Republicans debate fairness of Amy Koch treatment: Sexism or something more?

Sarah Janecek's assertion seems to be that Sen. Amy Koch was treated differently because there's something more to the story rather than because she's a woman.
MinnPost photo by Terry Gydesen
Sarah Janecek’s assertion seems to be that Sen. Amy Koch was treated differently because there’s something more to the story rather than because she’s a woman.

Questions about whether deposed Senate Majority Leader Amy Koch was treated differently than a male politician would have been, or whether there might be other reasons for her ouster, are echoing through the cyber world amongst Republican strategists.

Republican standard bearer Sarah Janecek wonders publicly on her Facebook page about the Star Tribune story today outlining how Koch was confronted by male Senate leaders about an alleged affair with a male staffer supervised by Koch:

When is the last time a MALE elected official was treated like this? Still thinking? That’s my point. This is NOT about an affair. Those are dimes a dozens. This is about something else. Given the facts as we know them, there is no way Amy Koch needed to resign. This is about something else. I find it almost criminal that all this is being reported the way it is. Come on, people. Dig.

Janecek’s assertion seems to be that Koch was treated differently because there’s something more to the story rather than because she’s a woman.

Janecek’s post had 59 comments this morning, including one from David Strom, who’d been research director on Republican Tom Emmer’s gubernatorial campaign:

I don’t know, but I suspect it would be news if Kurt Zellers slept with one of his staff, were confronted by 4 colleagues, and resigned as Speaker. And then the staff member left under a cloud. This is exactly the response that feminists have been fighting to get in cases of workplace sexual harassment. I love Amy Koch, but having affairs with direct subordinates and cutting them breaks based upon that relationship is against the rules. In today’s environment, the rules apply equally to men and women. I know these things happen all too frequently, but since my first job I have been endlessly lectured about the consequences of sexual relationships between bosses and employees. If the genders were reversed, don’t you think NOW would want the leader punished? (Unless he were a Democrat President)

In a further Facebook comment Janecek said:

Do you know how many DFL MN pols have had affairs with subordinates? Many. Some of them have promoted their love partners. Don’t even get me started on the higher ups in GOP gubernatorial administrations that had affairs with subordinates. This whole thing reeks. It’s not about the affair. It’s about something else.

In a phone interview this morning, Janecek said there are two parts to her Koch outrage: sexism — and a deeper reason why Koch was confronted and forced to resign her position.

“There’s the sexism component, for sure. Many a DFL leader, many other leaders, have had this issue before them. And I think it’s outrageous the way three male senators did this,” she said.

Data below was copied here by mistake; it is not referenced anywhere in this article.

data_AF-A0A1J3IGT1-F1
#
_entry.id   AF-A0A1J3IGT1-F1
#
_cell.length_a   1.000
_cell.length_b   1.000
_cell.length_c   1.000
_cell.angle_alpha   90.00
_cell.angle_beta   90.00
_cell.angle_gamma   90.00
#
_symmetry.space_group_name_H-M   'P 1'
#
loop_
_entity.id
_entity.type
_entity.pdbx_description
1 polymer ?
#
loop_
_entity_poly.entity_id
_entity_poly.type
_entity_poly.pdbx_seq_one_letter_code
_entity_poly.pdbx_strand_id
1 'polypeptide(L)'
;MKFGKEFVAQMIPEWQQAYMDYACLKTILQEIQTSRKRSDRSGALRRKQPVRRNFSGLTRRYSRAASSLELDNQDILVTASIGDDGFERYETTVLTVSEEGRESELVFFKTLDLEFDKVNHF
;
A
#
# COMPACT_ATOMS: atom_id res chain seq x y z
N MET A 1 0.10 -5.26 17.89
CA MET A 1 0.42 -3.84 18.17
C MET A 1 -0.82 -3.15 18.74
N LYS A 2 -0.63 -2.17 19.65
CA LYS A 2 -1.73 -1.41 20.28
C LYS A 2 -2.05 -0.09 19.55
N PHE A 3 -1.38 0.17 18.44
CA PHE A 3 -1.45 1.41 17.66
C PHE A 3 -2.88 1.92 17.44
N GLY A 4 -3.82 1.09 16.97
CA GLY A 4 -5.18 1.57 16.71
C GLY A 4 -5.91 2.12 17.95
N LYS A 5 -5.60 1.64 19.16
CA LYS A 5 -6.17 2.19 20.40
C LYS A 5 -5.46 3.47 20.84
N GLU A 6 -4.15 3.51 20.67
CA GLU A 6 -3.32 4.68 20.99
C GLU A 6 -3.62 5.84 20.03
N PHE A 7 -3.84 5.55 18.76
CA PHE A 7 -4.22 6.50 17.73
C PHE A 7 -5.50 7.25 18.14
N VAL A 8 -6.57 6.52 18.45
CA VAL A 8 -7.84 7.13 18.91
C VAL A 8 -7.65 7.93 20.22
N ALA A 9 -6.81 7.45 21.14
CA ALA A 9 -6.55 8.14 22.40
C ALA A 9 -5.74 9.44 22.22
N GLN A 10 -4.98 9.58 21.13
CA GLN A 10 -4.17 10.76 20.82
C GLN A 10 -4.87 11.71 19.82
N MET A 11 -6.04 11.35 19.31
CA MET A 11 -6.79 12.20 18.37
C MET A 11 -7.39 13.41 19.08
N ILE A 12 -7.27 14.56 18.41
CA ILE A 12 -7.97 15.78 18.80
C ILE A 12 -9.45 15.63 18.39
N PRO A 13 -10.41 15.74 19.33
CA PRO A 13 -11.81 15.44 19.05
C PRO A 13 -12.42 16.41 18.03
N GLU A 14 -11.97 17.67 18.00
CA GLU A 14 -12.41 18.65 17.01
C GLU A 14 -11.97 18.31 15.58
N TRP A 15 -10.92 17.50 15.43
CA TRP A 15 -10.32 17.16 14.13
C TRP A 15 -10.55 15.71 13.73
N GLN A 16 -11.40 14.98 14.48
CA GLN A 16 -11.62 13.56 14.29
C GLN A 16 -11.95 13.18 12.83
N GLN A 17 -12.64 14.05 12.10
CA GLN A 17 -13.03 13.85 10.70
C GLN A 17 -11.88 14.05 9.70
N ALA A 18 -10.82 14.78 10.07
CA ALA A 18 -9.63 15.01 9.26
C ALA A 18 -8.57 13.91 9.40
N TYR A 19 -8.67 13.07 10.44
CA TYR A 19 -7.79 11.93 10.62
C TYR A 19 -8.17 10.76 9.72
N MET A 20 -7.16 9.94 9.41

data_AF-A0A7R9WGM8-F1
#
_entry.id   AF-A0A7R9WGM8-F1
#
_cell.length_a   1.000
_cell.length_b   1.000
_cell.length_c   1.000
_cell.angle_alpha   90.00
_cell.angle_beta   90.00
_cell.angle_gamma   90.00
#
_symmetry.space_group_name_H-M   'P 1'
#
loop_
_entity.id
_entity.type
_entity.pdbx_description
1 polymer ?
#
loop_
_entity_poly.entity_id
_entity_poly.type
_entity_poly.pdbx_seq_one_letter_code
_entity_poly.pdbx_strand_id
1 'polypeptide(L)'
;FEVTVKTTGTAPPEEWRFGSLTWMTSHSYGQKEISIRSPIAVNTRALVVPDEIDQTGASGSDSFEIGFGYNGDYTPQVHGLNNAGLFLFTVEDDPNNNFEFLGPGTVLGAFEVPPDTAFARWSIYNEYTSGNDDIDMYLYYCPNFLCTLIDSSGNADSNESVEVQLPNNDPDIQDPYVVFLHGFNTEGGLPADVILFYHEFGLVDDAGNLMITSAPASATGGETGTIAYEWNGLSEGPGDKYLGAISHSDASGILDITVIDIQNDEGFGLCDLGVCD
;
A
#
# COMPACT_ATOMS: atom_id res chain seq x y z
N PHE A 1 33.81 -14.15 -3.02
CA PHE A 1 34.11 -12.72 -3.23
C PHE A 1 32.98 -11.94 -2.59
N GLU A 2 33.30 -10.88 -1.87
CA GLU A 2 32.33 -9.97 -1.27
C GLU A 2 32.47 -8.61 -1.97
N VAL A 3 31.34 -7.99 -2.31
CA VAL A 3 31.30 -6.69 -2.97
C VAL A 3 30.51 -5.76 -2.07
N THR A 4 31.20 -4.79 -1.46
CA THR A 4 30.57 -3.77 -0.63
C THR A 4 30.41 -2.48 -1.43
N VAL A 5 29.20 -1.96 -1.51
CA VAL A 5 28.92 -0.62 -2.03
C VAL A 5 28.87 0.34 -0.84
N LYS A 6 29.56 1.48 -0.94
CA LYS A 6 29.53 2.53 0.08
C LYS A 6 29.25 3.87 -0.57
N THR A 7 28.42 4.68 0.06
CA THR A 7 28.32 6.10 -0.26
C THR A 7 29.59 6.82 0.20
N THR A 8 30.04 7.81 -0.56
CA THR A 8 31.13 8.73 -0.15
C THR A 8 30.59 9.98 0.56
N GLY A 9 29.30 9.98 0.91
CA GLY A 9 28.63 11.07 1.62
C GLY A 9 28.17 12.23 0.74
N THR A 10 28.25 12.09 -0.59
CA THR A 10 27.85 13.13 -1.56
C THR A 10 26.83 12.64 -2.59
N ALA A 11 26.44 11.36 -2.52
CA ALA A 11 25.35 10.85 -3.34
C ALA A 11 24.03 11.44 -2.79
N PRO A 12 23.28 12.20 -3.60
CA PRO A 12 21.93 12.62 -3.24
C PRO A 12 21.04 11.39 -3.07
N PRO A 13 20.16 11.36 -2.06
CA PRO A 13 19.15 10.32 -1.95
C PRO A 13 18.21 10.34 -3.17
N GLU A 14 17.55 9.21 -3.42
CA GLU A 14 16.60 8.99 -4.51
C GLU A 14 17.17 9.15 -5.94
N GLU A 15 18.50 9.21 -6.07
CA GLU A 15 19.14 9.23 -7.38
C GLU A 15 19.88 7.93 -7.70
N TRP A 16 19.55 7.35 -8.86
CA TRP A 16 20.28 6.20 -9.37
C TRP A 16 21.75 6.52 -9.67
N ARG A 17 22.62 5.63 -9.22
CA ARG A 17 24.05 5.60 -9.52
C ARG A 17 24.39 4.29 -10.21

But Janecek said she’s digging deeper to find out whether there was something else that led GOP officials to go after Koch.

In a follow-up post this morning, Janecak raises a gambling-related possibility, though doesn’t specifically mention Koch:

Follow the Money in the MN GOP: Part 1.

The current MN GOP Platform reads: “We seek to eliminate all state-sponsored gambling and oppose any expansion of gambling in Minnesota. In regards to casinos already in place, current gambling laws should be changed so that Minnesota is allowed to tax profits and revenue of tribal casino gambling in the state.”

Tony Sutton, as former Chair of the MN GOP, was obligated to abide by and espouse that position.

Michael B. Brodkorb, as former Deputy Chair of the MN GOP, was obligated to abide by and espouse that position.

Now … who all in MN GOP party circles is getting paid to argue against the GOP party platform position and for expanding gambling?

“I’ve got a slow day. I’m going to play citizen-journalist and do some citizen reporting on Facebook,” she said.

And her next Facebook post:

Follow the Money in the MN GOP: Part 2.

How does money flow in MN politics? Some of it is traceable. Some of it is not. MN law requires people being paid to lobby to register with the MN Campaign Finance & Public Disclosure Board (but not specify the exact amounts of money). MN law requires full disclosure of all campaign contributions. But in my view, the limits on contributions made directly to candidates are low and not that meaningful. [I don’t think you can buy a legislator for $250.]

However, the traceable money starts to get interesting if you spend hours pouring over Board reports and look for who wants what and add up the amounts of these individual contributions, particularly the contributions made to political committees.

One big source of untraceable money is what is paid to public affairs consultants who are not registered to lobby. Another is who, exactly, is paying for interest groups who are lobbying the public, not the legislature.

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Comments (26)

  1. Submitted by Andrew Hine on 12/20/2011 - 11:19 am.

    I’m pretty sure Democrats made more of their Weiner fiasco than Republicans are making of their Koch debacle.

    Is being extra-shocked by the rarity of a woman in power (rare in itself) abusing her power to be equated with sexism? I’m just flabbergasted, and would certainly welcome another woman to take her place, especially after watching the four male “press conferencees” seeming to revel in her predicament.

  2. Submitted by David Greene on 12/20/2011 - 11:24 am.

    I think there’s another angle here. Those three Senators are among the vultures circling the Majority Leader. Their desire for the position is so transparent it’s laughable.